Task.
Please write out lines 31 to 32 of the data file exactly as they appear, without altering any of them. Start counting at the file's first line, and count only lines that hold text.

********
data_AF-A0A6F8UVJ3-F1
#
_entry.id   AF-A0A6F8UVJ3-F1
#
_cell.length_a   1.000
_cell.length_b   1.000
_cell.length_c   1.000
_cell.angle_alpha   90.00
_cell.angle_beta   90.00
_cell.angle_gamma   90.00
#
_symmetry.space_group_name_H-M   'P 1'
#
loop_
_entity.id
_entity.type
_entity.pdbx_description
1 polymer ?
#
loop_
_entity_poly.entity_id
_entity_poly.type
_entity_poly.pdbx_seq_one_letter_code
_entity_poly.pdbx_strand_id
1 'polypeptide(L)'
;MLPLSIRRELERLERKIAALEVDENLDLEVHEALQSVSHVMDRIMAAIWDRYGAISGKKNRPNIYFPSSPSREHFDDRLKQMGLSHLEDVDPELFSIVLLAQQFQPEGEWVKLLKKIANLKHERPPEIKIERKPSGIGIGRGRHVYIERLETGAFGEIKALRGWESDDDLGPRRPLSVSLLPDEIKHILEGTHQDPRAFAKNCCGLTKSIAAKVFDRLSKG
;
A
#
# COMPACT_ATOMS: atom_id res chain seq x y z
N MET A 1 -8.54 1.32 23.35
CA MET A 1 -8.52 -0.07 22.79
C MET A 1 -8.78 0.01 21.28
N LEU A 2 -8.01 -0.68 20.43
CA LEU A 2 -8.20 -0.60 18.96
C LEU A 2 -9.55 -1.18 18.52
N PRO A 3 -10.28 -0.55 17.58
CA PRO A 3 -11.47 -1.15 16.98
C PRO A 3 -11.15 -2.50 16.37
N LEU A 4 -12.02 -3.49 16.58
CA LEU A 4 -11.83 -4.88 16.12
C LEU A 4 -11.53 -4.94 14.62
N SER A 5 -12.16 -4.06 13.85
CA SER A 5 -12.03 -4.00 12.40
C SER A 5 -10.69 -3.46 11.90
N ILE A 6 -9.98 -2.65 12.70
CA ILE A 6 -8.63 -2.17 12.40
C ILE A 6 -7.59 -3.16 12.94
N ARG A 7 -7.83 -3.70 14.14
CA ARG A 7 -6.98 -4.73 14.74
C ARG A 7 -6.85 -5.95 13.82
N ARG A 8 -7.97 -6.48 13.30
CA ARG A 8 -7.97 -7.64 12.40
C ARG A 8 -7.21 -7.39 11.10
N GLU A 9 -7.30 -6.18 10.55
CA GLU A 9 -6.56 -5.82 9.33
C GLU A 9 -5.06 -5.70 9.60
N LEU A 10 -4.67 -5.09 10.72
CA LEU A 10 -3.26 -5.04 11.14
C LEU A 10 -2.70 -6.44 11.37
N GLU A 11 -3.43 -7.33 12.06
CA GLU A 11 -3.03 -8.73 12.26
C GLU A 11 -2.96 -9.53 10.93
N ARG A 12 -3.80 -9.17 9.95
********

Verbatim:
N MET A 1 -8.54 1.32 23.35
CA MET A 1 -8.52 -0.07 22.79